People have been evacuated from their homes and flooding has caused major disruption to transport after parts of the UK were battered with more heavy rain.
Parts of Yorkshire and the North East experienced more than a month's rain in just 24 hours, leading to rising river levels and surface water flooding.
The Met Office is warning of more downpours to come in northern England and north and west Wales, with 25mm to 50mm (1-2 inches) set to fall in some areas and the Environment Agency has issued 59 flood warnings for rivers and 158 less serious flood alerts.
An Environment Agency spokeswoman said rivers in the North were rising quite quickly following the rain that has already fallen. And she said: "We are reminding people not to walk in flood water, and not to drive through flood water because people have to be rescued and it provides a challenge for emergency services who could be deployed elsewhere, and it's very dangerous."
Residents in Morpeth, Northumberland, were being evacuated "as a precaution" as the floodwater rose, while in St Helens around 10 people and a cat and dog had to be rescued in inflatable rafts after their homes flooded.
In Hebden Bridge which has been hit by serious floods twice this summer, people have not been evacuated but waters were rising and the Environment Agency said it had teams and pumps on standby to tackle flooding.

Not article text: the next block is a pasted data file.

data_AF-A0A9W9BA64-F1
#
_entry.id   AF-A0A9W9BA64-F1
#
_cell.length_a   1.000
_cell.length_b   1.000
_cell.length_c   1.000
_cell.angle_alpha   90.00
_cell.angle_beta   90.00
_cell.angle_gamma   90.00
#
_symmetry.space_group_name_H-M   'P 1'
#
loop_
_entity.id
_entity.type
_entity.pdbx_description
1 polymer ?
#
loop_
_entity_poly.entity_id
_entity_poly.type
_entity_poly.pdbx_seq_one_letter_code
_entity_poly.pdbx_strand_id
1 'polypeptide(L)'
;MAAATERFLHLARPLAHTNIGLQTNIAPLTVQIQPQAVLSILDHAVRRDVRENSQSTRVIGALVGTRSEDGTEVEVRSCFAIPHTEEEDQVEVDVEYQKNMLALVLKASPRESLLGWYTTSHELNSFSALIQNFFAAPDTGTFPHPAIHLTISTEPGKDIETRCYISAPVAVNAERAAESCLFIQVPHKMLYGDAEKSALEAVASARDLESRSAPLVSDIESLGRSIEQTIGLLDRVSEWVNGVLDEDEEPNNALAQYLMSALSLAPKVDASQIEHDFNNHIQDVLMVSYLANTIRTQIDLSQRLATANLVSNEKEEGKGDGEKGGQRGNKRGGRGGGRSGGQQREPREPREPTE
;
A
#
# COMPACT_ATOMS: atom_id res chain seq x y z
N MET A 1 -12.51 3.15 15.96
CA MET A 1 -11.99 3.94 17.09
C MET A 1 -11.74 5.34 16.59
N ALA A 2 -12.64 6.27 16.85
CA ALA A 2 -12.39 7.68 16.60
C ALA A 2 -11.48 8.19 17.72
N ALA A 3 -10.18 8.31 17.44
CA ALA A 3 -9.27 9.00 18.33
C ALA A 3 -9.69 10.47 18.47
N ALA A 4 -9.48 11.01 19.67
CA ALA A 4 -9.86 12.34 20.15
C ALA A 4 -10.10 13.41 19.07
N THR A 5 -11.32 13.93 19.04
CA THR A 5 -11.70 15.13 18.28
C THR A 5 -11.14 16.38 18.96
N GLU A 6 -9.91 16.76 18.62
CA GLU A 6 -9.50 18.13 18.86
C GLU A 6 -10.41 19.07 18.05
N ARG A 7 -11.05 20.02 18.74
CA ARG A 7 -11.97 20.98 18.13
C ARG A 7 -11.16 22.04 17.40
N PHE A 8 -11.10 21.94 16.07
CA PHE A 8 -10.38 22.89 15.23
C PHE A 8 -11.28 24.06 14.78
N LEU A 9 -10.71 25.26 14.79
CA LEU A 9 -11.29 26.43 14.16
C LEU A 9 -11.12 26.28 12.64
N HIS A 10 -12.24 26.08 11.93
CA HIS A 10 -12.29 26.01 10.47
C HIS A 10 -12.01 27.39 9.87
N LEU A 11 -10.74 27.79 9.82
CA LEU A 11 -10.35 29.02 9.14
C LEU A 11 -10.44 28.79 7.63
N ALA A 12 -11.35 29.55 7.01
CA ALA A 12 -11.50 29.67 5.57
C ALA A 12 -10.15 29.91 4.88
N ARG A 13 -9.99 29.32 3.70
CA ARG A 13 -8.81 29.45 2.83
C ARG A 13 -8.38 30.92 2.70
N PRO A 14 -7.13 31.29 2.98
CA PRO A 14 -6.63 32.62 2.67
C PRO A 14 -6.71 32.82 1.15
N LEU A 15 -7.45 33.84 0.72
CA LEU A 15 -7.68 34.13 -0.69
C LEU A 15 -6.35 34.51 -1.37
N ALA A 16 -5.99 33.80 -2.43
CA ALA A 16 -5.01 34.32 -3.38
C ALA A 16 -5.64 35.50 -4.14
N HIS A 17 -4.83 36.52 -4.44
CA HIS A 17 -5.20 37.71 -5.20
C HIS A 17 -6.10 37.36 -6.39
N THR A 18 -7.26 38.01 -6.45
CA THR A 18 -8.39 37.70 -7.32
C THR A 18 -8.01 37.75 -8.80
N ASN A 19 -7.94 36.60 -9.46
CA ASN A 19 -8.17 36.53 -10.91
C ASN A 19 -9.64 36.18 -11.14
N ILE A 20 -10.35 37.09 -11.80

On the roads in the North East, the Highways Agency said, the A1 northbound was closed near Catterick and in Tyne and Wear. Other major roads including the A66 near Darlington and the A19 in Tyne and Wear were also affected.
And there were disruptions on a number of rail lines in northern England, including the East Coast line where train services were suspended for a time between Newcastle and Edinburgh because of the heavy rain before restarting a limited service with major delays.
The Met Office said some areas had received far more rain than they would expect in September since Sunday, with Ravensworth in North Yorkshire receiving 108mm (4.3 inches) compared to the usual total for the month of 47mm (1.9 inches).
The heavy rain is due to a area of low pressure which had moved north across the country from the Bay of Biscay and was now off the north-east coast. Later on Tuesday it would be moving south-west again to the west of Wales, bringing more rain to northern England and Wales, said the Met Office.